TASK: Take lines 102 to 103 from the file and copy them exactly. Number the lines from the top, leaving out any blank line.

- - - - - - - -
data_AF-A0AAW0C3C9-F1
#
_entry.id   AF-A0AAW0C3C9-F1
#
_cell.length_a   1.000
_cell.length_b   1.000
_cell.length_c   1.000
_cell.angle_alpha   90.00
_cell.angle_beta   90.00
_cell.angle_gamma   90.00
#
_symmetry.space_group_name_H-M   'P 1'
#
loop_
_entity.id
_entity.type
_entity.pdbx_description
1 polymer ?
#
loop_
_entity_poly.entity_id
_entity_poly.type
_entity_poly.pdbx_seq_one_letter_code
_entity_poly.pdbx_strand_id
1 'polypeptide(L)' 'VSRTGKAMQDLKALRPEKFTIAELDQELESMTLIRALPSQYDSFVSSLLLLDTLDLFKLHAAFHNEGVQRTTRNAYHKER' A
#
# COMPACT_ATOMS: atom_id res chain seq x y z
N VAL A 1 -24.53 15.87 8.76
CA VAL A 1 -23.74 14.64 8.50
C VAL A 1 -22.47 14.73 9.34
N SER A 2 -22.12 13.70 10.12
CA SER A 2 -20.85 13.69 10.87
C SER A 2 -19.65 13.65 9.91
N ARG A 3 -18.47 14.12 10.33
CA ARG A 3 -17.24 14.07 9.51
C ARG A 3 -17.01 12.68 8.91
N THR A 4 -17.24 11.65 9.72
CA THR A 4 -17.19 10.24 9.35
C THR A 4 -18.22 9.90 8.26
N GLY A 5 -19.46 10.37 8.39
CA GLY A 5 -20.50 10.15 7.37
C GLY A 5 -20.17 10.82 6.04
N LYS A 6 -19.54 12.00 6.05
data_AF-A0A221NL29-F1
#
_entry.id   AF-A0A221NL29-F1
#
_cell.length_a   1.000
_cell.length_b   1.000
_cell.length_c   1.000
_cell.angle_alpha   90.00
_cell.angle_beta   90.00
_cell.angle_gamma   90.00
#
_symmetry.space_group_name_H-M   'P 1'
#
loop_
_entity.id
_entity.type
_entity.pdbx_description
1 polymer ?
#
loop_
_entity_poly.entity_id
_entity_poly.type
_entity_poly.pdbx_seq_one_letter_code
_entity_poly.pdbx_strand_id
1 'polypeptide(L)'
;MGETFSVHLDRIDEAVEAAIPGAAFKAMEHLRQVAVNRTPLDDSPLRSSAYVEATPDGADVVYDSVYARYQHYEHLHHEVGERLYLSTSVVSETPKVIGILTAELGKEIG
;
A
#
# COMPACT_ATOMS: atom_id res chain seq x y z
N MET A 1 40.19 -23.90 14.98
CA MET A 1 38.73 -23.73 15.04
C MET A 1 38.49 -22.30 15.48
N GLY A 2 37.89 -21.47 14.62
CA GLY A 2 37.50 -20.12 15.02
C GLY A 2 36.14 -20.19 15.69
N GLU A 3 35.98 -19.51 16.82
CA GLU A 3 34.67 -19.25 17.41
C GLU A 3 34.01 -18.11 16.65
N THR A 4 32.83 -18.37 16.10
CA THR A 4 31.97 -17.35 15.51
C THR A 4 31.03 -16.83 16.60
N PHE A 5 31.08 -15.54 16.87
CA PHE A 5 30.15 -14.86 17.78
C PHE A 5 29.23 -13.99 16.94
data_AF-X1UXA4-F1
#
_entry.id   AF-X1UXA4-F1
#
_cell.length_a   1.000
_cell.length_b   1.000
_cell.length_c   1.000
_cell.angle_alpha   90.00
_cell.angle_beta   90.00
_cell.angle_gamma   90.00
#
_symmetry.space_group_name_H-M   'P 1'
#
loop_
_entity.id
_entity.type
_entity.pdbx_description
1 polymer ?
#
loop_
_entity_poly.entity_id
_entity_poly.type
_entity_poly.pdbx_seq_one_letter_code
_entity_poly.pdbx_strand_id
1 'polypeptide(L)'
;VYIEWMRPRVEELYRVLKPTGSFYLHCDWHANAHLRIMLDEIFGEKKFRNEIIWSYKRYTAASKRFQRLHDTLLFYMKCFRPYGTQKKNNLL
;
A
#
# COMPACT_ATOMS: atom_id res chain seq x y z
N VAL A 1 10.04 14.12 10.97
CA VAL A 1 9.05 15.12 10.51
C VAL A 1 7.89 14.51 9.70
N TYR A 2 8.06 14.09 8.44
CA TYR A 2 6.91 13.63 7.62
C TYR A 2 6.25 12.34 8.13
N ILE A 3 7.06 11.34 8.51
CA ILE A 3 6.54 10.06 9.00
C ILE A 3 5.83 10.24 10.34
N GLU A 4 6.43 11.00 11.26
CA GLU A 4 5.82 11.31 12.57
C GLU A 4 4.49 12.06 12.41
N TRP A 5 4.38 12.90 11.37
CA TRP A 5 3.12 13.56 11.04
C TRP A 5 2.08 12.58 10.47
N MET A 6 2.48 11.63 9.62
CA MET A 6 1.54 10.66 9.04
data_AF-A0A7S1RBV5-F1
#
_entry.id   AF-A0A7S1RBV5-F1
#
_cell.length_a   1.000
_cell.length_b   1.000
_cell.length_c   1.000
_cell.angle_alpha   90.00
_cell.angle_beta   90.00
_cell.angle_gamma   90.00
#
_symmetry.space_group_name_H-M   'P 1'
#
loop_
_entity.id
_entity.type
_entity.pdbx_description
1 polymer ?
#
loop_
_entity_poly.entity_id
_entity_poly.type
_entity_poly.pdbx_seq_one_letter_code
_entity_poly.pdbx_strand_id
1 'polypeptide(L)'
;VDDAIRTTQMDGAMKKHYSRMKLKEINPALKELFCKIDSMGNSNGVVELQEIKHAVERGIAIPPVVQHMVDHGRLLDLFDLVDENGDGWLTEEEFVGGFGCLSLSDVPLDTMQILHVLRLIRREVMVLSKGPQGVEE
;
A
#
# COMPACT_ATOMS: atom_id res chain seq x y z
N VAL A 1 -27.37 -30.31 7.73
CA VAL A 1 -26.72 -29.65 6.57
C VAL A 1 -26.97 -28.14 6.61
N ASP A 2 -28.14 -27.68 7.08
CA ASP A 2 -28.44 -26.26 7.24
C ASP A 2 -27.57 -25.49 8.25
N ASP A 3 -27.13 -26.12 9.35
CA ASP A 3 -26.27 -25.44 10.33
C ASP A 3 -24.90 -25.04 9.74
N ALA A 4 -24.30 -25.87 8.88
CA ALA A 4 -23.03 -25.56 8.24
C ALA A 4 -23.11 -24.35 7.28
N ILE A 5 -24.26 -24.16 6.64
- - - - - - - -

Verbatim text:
loop_
_entity.id